“We need to make deliberate choices now that channel the energy and possibility revealed by the Covid-19 response, learning, identifying and amplifying activities that demonstrate new ways of working and making choices today that are designed to move the needle for tomorrow. This is about setting a direction of travel and signalling intent in the face of uncertainty, rather than simply facilitating a return to how things were before.”
The words above are from the latest in our COVID-19 series of blogs in which we have sought to understand, describe and provide practical ideas about the opportunity facing all of us involved in public services and social change today.
We are pleased to now be translating this thinking into practice, working with a number of places and organisations who want to lean from the response and use the crisis as an opportunity to shape a different way forward.
Below are a few examples of the work we will be supporting over the next few months.
System-wide public service reform with West Midlands Combined Authority (WMCA)
We are delighted to have won the opportunity to work with the WMCA Public Service Reform Directorate to explore how public services have changed in response to the pandemic and help to design and transition to a ‘new normal’. We will be engaging widely with stakeholders from across public services, exploring themes such as how services have collaborated, the new freedoms that allowed innovation, the changing role of frontline workers, the future of system leadership post-crisis and other emerging ideas for reimagination and rebuilding.
Place-based working in Oldham
We have recently begun new work in Oldham, working with the service design agency Snook to develop the borough’s approach to place-based working. The work was tendered before COVID-19 hit and - as with so much - this has changed fundamentally the context for the work. As local partners across the country have found, the COVID-19 response has accelerated learning and practice related to collaborative working in places, and shown the new possibilities of virtual integration alongside more traditional approaches to integration based on shared physical spaces. Oldham is keen to build on this progress, and the momentum towards place-based working resulting from the response.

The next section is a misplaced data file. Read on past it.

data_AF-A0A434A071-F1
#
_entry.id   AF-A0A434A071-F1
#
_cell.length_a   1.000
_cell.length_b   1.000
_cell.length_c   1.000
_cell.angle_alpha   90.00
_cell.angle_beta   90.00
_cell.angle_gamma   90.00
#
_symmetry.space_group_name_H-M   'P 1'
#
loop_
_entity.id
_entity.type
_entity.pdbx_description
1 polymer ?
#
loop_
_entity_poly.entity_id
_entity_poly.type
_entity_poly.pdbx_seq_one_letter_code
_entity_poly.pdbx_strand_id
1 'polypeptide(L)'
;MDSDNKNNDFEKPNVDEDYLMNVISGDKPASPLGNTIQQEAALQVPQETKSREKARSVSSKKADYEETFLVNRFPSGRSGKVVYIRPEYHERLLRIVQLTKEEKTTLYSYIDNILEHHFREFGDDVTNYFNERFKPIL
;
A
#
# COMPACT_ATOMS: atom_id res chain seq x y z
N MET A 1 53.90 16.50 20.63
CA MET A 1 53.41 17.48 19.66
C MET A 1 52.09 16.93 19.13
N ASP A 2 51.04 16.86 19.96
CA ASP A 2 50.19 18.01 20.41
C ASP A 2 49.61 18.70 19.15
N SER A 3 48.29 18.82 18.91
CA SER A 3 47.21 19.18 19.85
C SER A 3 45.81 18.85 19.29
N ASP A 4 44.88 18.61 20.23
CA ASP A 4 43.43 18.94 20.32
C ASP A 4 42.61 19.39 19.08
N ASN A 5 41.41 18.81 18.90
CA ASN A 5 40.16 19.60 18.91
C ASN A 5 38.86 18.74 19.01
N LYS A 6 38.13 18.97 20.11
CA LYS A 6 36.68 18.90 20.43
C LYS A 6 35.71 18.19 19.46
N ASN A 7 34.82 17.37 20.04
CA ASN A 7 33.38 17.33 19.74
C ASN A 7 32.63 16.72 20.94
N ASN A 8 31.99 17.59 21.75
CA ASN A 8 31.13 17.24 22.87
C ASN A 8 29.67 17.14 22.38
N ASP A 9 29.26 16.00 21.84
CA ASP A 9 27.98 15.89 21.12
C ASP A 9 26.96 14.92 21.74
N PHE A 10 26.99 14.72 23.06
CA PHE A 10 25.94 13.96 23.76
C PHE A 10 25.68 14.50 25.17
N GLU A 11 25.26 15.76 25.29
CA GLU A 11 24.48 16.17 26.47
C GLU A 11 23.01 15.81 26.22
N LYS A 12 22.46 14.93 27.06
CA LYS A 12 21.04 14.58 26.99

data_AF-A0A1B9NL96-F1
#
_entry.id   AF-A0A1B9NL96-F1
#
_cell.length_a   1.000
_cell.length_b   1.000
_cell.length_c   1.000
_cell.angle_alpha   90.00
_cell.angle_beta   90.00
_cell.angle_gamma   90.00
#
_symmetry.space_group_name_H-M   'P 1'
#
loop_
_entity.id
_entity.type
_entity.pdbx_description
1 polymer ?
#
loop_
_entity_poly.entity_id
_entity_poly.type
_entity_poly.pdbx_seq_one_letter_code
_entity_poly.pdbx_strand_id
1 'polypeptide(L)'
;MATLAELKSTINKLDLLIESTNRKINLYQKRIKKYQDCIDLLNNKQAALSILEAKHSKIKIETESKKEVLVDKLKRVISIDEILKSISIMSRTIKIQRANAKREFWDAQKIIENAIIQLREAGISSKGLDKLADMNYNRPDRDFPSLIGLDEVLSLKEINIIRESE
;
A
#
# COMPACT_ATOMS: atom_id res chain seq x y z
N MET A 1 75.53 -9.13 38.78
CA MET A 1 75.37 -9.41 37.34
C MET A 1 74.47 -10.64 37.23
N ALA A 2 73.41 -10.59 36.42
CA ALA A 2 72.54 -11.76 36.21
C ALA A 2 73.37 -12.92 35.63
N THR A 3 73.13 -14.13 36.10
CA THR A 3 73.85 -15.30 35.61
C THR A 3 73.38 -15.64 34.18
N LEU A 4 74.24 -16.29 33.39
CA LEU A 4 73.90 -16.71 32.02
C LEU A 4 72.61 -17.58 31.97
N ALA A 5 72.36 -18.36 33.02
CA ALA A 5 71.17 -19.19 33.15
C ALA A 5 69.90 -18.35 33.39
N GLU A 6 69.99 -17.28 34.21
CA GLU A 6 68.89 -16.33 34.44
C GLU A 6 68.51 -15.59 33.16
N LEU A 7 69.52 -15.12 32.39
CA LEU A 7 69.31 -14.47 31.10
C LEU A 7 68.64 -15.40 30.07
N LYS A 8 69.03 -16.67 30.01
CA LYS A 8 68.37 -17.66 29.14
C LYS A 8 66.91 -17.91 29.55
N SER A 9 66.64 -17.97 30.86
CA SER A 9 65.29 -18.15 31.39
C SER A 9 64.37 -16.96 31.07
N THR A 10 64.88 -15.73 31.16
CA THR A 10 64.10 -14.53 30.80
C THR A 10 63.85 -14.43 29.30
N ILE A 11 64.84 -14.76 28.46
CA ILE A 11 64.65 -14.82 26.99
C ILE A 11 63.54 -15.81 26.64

This is very positive but, at the same time, another legacy of COVID-19 will be the dramatic squeeze on local authority budgets, following on from a decade of austerity. Place-based working can provide an alternative to cutting frontline services: mobilising new social resources through a richer relationship with residents and communities, reducing duplication through integrated support, and maintaining a focus on prevention to build more resilient communities. The challenge of the project is to help Oldham consolidate what was learned through the COVID-19 response, and to take a collective step to deepen the maturity of its ground-breaking place-based approach.
Place-based change in Barnet
We have recently begun the next stage of our work with London Borough of Barnet, helping to develop a new place-based plan that is owned by all local partners, and supporting the council and the third sector to forge a new relationship that builds on the collaboration that accelerated during the COVID-19 response.
The future of local government with Nesta and the Upstream Collaborative
The work of the Upstream Collaborative, a group of 20 local authorities that have been collaborating to understand and amplify new approaches to public services, is entering its final stages. In partnership with Nesta, we are compiling learning from a year of exploration and collaboration and will be co-publishing a series of papers in September, including one which will set out learning from COVID-19 through research undertaken with members throughout the crisis. We have co-authored the cover paper that sets out key insights about the future of local public services, and also written more practical papers on new approaches to risk that will help innovation to flourish, and ways for pioneers to move innovation from the margins to the mainstream of public services.
As ever, we will share the learning from this work as we go. If you think we can help you build a more collaborative approach to social change and public services, get in touch!
Anna and the Collaborate team